In my youth, there was a movie called Forbidden Planet. It was a good movie. It was about a world that had been created by a race of super geniuses millennia earlier: the Krell. They had died out. They had become too dependent on their advanced technology Their technology had survived; they had not.
For some reason, they had installed a kill switch on their equipment. All a human had to do was press a lever. Why they had done this was not clear. But they did. The scientist who ran their technology ordered one of the others to throw the switch. The person did. Then the scientist told them they had 24 hours to get off the planet before it blew up. It was the ultimate “get out of Dodge” scenario.
The plot made no sense. Why install a kill switch? Sadly, the following plot does make sense: anti-piracy technology.
Software designers are building kill switches into their programs. We install these programs onto to our computers. The people who designed them can control our computers’ use of these programs. They can kill them.
The argument is that they can kill unauthorized software. It’s anti-piracy. But the policy installs a booby trap on our computers.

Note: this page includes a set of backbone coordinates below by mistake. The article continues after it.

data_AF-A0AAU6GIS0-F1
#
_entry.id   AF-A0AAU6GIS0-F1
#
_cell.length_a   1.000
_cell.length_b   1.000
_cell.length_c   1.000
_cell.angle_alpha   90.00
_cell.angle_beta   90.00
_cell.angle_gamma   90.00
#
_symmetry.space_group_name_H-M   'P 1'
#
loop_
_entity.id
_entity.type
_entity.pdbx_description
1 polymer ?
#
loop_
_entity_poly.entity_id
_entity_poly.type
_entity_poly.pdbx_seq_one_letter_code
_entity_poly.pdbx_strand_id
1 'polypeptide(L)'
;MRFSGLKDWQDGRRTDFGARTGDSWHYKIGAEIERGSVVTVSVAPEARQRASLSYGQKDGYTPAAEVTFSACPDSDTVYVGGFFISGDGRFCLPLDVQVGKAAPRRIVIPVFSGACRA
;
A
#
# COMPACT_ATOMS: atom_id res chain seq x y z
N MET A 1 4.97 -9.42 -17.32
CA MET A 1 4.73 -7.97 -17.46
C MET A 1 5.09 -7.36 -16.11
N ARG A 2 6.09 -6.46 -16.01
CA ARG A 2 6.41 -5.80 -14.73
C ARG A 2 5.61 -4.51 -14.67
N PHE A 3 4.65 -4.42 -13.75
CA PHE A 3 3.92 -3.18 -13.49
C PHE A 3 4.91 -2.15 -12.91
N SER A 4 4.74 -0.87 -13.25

The word is that Microsoft is going to install a kill switch on Windows 8.
Problem: Microsoft is not known for writing hacker-free code.
For over a decade, people have discussed the idea that Microsoft could use the kill switch technology to kill bootleg or counterfeit versions of its OS. I’m sure the company would employ the code to kill counterfeits if it is confident it could get away with it and confident it wouldn’t be bricking perfectly good systems left and right, thus finding itself in a legal entanglement and a public relations nightmare.
You all know the company has had meetings about this and no engineers have been able to guarantee that it would work as advertised.
This backlash fear will not deter a hacker who just wants to have fun. It will not discourage a foreign belligerent who wants to disrupt the US infrastructure. The game changes quick when this capability falls into the wrong hands.
One must assume that this global consideration is on the minds of the enemies of the state since President Obama has openly discussed how his “Internet Kill Switch” plan is a solid safety precaution if the Web is attacked. Shutting down the Web, in itself, seems like the ultimate attack. Just as killing a man because he has the flu is not a cure, killing the Internet is not a solution to anything.
Who will be able to throw the switch?
Kill switch legislation keeps bring introduced into the Senate. It has not been passed by the House or Senate, but Obama wants it. If Microsoft complies voluntarily, the legislation need not be signed into law. Over time, most PCs will have the kill switch built in.
Then, one fine day, we turn into the Krell.
The cyberwars are real. Software firms should not make it easier for our enemies to defeat us.